MetLife’s home lending unit will pay $123.5 million to end an investigation into allegations it gave government-backed mortgages to people who didn’t meet federal requirements.
The Justice Department said Wednesday that MetLife knew the business was issuing hundreds of loans that didn’t meet federal requirements, which means they were not eligible for insurance by the Federal Housing Authority. But MetLife granted the mortgages anyway, and the agency says the FHA and taxpayers were stuck with the bill when defaults followed.
According to the agency, during some periods between January 2009 and August 2010 MetLife Bank knew that a majority of the loans it was originating had material or significant deficiencies. While those rates improved later, it says MetLife also altered its practices so fewer mortgages appeared to be deficient.
The Justice Department says MetLife Bank’s CEO, board of directors, and other members of senior management were aware that many of the mortgages didn’t meet government standards.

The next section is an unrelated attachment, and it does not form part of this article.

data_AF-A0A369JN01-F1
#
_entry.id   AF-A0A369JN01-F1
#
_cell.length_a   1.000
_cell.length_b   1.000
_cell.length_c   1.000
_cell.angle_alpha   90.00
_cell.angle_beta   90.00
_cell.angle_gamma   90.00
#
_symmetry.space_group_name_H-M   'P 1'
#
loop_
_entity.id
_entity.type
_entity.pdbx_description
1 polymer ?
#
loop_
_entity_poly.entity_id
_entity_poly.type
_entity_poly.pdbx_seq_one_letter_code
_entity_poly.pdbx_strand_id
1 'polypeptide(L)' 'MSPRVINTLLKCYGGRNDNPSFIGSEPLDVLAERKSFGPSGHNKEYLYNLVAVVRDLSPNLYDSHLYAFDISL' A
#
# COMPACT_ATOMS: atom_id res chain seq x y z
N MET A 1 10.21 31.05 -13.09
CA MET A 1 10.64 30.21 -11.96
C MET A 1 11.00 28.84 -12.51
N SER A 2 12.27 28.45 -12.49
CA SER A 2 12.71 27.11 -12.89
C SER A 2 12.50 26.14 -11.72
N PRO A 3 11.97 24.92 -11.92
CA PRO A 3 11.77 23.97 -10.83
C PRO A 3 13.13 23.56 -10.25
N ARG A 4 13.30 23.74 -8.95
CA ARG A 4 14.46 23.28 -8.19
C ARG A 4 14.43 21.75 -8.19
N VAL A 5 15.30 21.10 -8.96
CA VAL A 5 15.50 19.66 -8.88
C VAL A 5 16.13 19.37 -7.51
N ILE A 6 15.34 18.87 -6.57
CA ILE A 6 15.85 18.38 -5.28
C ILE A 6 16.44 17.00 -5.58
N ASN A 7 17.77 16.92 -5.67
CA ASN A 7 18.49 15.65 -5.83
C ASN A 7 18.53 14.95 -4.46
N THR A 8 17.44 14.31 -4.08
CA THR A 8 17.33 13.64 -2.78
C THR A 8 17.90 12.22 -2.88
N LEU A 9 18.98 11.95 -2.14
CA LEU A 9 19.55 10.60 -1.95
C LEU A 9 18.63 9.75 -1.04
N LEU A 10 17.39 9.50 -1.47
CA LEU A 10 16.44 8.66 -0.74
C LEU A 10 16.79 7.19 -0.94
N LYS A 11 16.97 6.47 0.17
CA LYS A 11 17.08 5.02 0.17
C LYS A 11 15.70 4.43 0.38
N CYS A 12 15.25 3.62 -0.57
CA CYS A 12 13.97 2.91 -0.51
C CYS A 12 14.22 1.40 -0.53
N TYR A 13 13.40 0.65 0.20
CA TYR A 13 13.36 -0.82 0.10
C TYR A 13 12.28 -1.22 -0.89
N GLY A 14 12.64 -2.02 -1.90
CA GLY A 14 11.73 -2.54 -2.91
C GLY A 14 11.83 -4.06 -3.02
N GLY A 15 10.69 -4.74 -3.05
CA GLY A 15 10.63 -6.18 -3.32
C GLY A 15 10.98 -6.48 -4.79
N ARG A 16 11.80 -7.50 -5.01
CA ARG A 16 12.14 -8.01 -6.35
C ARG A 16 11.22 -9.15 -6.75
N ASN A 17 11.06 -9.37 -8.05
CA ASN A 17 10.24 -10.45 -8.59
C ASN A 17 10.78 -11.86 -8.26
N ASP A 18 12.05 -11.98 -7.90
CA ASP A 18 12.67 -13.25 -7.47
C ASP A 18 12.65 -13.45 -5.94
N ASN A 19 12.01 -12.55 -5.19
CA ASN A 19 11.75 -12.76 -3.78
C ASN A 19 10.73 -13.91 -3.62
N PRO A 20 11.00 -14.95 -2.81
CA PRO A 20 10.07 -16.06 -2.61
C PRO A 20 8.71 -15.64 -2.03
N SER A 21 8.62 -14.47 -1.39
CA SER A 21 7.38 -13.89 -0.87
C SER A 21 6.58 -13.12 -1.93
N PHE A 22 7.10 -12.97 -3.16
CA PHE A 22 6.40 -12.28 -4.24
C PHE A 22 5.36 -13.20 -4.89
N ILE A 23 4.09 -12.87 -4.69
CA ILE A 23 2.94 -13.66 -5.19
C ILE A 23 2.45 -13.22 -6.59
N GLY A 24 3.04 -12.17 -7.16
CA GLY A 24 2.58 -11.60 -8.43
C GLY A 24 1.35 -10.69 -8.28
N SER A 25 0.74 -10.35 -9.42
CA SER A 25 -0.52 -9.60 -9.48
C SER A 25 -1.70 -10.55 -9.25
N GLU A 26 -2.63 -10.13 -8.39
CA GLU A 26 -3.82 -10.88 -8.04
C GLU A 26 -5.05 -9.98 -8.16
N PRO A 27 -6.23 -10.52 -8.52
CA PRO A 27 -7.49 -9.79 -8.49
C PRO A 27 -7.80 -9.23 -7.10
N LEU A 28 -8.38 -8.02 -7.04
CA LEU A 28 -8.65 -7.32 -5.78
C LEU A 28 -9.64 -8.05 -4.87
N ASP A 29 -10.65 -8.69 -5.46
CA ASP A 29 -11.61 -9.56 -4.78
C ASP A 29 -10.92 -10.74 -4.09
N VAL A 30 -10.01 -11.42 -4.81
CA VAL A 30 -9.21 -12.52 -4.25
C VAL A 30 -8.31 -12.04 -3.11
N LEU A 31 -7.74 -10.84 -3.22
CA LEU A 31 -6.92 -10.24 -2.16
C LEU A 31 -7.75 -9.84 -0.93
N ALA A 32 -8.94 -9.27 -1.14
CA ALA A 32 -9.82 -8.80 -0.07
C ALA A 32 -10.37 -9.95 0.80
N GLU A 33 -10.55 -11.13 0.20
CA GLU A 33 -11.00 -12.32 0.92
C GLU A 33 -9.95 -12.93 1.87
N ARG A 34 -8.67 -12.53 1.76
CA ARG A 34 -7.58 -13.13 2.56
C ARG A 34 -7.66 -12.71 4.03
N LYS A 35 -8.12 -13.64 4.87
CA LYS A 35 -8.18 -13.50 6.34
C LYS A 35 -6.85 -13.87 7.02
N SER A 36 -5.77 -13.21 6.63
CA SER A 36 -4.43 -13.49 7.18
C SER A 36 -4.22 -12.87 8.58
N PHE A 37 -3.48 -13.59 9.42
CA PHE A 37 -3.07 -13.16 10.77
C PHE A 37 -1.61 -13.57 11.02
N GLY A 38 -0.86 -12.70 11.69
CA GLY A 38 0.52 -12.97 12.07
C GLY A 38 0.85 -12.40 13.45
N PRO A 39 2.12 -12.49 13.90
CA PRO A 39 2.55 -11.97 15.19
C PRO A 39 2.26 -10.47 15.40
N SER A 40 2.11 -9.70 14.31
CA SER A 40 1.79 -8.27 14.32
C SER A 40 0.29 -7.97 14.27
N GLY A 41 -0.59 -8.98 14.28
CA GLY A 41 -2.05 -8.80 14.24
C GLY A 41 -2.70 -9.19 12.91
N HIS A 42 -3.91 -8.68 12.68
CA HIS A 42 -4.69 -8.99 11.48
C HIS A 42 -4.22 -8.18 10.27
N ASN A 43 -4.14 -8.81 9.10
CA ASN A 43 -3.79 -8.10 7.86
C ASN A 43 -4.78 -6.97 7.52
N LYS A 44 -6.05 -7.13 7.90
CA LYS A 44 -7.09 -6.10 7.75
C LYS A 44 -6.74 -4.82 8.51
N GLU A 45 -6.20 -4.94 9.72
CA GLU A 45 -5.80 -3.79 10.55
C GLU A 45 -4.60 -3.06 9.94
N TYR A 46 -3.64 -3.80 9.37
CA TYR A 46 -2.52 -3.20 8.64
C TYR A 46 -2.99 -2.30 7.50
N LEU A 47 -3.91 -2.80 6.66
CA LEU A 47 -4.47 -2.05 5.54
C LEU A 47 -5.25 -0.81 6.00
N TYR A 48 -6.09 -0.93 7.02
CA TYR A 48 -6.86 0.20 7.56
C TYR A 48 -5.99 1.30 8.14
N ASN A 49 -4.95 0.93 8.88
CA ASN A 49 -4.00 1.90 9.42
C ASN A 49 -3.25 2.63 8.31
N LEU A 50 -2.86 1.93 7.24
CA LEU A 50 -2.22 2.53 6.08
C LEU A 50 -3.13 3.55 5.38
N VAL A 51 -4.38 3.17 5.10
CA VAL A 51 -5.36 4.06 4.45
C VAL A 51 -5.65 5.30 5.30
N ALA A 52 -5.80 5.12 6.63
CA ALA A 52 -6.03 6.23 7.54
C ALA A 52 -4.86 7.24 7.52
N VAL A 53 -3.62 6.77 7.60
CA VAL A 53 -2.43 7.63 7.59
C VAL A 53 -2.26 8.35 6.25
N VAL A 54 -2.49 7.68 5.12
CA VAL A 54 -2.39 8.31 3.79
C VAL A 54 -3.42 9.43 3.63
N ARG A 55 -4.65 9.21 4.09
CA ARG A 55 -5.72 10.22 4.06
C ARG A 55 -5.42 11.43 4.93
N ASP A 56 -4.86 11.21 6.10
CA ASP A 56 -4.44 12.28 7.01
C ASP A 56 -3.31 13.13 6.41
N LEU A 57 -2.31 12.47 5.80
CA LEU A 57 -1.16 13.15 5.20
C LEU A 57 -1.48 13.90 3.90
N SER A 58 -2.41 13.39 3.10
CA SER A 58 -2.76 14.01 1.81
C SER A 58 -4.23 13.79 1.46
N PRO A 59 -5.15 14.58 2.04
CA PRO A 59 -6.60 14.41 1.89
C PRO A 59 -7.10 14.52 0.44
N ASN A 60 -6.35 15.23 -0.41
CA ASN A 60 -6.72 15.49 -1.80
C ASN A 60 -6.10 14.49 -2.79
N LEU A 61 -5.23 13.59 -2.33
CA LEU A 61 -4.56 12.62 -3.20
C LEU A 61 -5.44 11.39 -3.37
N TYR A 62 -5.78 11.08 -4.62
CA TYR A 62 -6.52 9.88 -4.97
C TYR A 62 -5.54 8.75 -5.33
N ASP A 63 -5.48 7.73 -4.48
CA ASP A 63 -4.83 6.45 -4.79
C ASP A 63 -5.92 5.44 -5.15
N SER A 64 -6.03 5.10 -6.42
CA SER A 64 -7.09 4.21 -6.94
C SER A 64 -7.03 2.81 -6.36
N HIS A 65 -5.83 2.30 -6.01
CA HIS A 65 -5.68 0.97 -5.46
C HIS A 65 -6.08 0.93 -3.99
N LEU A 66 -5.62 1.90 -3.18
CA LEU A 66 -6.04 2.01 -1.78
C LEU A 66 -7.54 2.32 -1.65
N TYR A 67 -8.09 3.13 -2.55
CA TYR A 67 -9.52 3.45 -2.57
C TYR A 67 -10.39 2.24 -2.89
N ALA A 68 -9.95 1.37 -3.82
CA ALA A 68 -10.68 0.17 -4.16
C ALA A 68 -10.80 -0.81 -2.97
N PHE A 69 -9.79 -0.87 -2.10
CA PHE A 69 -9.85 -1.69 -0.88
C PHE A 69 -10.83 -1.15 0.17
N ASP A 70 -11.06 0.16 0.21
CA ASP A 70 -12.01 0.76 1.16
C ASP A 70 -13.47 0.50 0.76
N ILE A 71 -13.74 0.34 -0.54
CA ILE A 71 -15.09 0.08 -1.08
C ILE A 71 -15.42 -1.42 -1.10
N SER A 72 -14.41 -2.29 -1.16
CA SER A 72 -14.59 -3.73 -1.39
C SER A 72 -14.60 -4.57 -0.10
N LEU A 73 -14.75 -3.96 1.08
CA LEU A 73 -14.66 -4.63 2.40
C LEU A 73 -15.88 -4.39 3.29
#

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The New York company says it cooperated with the investigation and set aside money for the settlement. It exited the business in 2012.
MetLife Bank was also among 16 major mortgage lenders and servicers cited by U.S. regulators in April 2011 for improperly foreclosing upon homeowners in 2009 and 2010. The Federal Reserve imposed $3.2 million in penalties against MetLife.
In 2013, MetLife consolidated its U.S. retail operation to Charlotte, where it opened a hub in Ballantyne. A spokesman said in December that the hub is close to its goal of employing 1,386 by 2015.
Shares of MetLife Inc. fell 9 cents to $51.30 in afternoon trading.